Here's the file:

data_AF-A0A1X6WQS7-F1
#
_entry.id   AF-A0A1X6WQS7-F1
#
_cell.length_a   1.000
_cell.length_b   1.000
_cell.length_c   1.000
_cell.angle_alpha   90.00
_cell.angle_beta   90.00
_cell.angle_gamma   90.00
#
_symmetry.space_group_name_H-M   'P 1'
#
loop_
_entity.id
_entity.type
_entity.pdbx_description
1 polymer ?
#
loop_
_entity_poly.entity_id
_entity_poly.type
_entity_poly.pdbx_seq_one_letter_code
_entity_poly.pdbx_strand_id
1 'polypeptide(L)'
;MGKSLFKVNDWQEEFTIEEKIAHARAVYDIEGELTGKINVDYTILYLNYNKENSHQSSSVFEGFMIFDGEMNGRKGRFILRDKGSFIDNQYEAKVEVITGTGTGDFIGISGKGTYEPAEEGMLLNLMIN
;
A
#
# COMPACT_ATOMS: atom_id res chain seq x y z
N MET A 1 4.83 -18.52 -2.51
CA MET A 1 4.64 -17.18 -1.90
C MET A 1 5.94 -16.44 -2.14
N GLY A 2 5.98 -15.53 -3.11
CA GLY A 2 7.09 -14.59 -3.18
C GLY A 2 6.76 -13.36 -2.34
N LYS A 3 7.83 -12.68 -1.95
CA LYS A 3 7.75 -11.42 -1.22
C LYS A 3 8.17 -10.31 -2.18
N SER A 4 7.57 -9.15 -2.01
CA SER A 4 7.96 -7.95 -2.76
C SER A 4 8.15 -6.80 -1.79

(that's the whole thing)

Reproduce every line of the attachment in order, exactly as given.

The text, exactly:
data_AF-A0A1X6WQS7-F1
#
_entry.id   AF-A0A1X6WQS7-F1
#
_cell.length_a   1.000
_cell.length_b   1.000
_cell.length_c   1.000
_cell.angle_alpha   90.00
_cell.angle_beta   90.00
_cell.angle_gamma   90.00
#
_symmetry.space_group_name_H-M   'P 1'
#
loop_
_entity.id
_entity.type
_entity.pdbx_description
1 polymer ?
#
loop_
_entity_poly.entity_id
_entity_poly.type
_entity_poly.pdbx_seq_one_letter_code
_entity_poly.pdbx_strand_id
1 'polypeptide(L)'
;MGKSLFKVNDWQEEFTIEEKIAHARAVYDIEGELTGKINVDYTILYLNYNKENSHQSSSVFEGFMIFDGEMNGRKGRFILRDKGSFIDNQYEAKVEVITGTGTGDFIGISGKGTYEPAEEGMLLNLMIN
;
A
#
# COMPACT_ATOMS: atom_id res chain seq x y z
N MET A 1 4.83 -18.52 -2.51
CA MET A 1 4.64 -17.18 -1.90
C MET A 1 5.94 -16.44 -2.14
N GLY A 2 5.98 -15.53 -3.11
CA GLY A 2 7.09 -14.59 -3.18
C GLY A 2 6.76 -13.36 -2.34
N LYS A 3 7.83 -12.68 -1.95
CA LYS A 3 7.75 -11.42 -1.22
C LYS A 3 8.17 -10.31 -2.18
N SER A 4 7.57 -9.15 -2.01
CA SER A 4 7.96 -7.95 -2.76
C SER A 4 8.15 -6.80 -1.79